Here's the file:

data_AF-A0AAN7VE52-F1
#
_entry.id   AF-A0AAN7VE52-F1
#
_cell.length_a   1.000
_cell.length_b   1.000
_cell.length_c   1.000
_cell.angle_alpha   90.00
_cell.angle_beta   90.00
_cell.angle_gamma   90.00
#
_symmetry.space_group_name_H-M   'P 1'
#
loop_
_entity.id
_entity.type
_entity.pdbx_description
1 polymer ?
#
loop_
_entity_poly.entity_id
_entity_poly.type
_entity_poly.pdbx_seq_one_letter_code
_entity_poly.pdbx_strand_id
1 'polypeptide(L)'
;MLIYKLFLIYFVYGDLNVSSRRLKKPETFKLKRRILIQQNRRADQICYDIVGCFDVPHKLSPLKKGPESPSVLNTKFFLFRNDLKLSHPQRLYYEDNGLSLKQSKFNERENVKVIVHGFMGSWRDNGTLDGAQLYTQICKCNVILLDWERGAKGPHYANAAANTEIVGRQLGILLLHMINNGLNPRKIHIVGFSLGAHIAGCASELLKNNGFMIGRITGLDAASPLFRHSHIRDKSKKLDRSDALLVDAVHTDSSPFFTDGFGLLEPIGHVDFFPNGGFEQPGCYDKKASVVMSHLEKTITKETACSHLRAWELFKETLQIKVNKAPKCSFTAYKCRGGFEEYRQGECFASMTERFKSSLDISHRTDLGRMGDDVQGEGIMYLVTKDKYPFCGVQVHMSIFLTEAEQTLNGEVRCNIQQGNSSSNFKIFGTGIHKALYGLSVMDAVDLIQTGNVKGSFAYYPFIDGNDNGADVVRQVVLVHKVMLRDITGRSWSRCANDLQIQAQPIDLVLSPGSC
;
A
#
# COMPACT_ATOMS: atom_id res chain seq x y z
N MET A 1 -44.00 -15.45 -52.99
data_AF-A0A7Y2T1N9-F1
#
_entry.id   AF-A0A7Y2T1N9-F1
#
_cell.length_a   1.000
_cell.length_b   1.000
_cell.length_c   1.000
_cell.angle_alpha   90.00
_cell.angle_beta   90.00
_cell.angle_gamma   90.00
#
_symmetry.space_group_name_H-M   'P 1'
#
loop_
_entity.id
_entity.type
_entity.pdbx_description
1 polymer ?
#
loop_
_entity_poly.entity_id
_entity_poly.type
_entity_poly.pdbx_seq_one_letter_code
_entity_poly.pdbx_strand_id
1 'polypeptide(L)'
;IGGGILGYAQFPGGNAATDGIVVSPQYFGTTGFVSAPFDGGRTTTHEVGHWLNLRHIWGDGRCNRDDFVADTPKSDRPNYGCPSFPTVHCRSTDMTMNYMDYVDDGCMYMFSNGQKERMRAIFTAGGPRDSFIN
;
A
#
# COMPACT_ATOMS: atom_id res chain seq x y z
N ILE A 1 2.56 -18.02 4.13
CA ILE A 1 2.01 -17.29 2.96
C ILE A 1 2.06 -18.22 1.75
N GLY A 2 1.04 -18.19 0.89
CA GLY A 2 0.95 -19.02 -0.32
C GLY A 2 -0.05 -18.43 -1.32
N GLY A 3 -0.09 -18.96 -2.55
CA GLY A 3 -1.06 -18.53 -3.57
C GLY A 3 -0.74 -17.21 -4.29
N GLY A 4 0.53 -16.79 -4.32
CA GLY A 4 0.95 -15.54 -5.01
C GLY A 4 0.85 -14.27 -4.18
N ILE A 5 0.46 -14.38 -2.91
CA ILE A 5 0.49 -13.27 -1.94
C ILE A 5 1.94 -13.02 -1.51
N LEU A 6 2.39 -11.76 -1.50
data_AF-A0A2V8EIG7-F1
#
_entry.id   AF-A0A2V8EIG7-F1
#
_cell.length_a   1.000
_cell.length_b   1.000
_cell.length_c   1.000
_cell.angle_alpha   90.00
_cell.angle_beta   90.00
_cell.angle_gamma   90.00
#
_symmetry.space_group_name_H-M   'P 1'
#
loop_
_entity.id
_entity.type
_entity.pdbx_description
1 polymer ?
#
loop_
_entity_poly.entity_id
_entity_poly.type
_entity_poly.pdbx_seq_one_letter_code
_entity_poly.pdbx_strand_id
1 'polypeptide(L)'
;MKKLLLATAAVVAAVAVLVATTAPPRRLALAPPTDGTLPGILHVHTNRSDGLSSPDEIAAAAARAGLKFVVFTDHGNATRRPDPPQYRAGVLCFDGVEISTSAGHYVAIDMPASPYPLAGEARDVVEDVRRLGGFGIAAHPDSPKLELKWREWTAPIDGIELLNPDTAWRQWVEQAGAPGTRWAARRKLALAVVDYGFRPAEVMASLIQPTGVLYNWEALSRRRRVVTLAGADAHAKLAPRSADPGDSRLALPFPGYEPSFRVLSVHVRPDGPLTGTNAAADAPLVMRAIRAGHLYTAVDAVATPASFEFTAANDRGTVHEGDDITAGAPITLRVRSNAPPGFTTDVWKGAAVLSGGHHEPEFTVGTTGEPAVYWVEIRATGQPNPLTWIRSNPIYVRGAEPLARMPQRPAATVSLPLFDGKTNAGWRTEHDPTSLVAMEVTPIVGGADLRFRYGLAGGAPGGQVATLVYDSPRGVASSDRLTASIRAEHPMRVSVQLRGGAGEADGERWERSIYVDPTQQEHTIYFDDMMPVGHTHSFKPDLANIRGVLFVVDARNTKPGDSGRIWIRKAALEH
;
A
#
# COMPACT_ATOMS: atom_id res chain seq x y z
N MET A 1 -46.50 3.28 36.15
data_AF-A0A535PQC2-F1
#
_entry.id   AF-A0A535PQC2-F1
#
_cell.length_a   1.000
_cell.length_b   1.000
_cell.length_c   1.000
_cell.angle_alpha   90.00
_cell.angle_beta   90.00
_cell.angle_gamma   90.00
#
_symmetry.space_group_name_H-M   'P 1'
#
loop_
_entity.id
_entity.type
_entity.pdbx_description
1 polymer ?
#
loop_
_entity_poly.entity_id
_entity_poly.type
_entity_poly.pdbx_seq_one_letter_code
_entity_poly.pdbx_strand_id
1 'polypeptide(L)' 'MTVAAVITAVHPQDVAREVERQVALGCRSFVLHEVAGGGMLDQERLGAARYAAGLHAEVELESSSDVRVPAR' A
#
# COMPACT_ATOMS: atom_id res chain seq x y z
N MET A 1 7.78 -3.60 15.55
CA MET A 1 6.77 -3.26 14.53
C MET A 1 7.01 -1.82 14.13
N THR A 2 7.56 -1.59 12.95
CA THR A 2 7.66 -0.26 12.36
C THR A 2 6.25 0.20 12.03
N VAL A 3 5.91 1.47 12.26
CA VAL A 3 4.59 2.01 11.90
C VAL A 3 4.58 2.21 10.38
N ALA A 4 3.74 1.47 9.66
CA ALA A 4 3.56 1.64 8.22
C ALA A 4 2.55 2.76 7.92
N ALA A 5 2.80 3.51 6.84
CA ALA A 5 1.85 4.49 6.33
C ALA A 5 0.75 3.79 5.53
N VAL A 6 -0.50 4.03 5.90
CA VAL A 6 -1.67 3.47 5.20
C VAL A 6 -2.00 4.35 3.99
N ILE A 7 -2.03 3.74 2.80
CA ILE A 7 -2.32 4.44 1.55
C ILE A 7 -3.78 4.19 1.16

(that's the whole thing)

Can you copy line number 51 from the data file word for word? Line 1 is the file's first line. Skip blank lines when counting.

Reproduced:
loop_